So mother's day was this weekend. This means I needed a Mother's Day gift... hmmmmm tricky. Tricky because while I know my mum's tastes pretty well and enjoy shopping for her, realistically if she wants something, she buys it. So anything left is mostly of the "gee thanks" variety. So I considered for a bit places we could go or things we could do but couldn't come up w/ anything "just right". So then I was going to write something, but really I do that every Friday now, so less interesting. Then I thought I'd do something with photos. I'd done something w/ photos once before and she really liked it. Ok but it'd have to be different from the last one. Well it's for Mother's Day, it should be family based. Ok I can do that.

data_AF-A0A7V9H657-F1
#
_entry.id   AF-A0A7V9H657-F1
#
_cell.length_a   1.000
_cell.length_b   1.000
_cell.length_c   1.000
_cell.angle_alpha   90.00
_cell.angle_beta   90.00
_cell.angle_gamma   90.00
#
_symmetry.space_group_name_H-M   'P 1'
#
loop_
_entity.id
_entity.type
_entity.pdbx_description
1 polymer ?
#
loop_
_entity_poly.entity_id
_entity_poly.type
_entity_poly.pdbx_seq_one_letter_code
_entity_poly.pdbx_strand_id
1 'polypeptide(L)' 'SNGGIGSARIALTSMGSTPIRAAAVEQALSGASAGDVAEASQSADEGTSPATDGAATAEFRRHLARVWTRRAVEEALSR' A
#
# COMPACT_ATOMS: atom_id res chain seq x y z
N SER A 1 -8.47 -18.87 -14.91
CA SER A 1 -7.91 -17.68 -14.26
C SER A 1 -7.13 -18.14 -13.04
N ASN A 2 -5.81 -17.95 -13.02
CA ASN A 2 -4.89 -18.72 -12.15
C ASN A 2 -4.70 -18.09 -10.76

So photos it is. But what am I going to do with them? And what type of photos should I get? I had figured out family, so I first raided Mum's computer -- hey may as well snag the easy ones :) And various albums. But the thing is, she already *has* all those pics. Contacted my brothers to see if they had any pics of them and Mum. Not so much. Then asked my uncle, who usually has a digital camera at family gatherings if he had any (keep in mind this is Wed with Mother's Day on Sun). So he found the time to go through his files for me and send me what he had, but really not all that much (my Mum seems to be very good at hiding from everyone's camera but mine :). So next step was my aunt's place on Thurs eve -- she had a few albums, some of which had promising shots in them. But still next to nothing with my mum and my brothers together. A few with my grandmother though, so I snagged those with vague "mother/daughter" thoughts... So it was mentioned to me that my other aunt had all my grandmother's photo albums - so I called her and got permission to go raid those on Sat morn (keep in mind, Mother's Day is Sunday :). Still not sure exactly what I'm doing but ok. Travel to Michael's to see what inspiration is to be had. 4 aisles of scrapbooking supplies later I'm entirely overwhelmed. And I didn't really like any of the albums. Store closes and I leave empty handed. Call a girlfriend who does the scrapbook thing and beg her assistance :) Did I mention I've never done this before? And Mother's Day is in three days?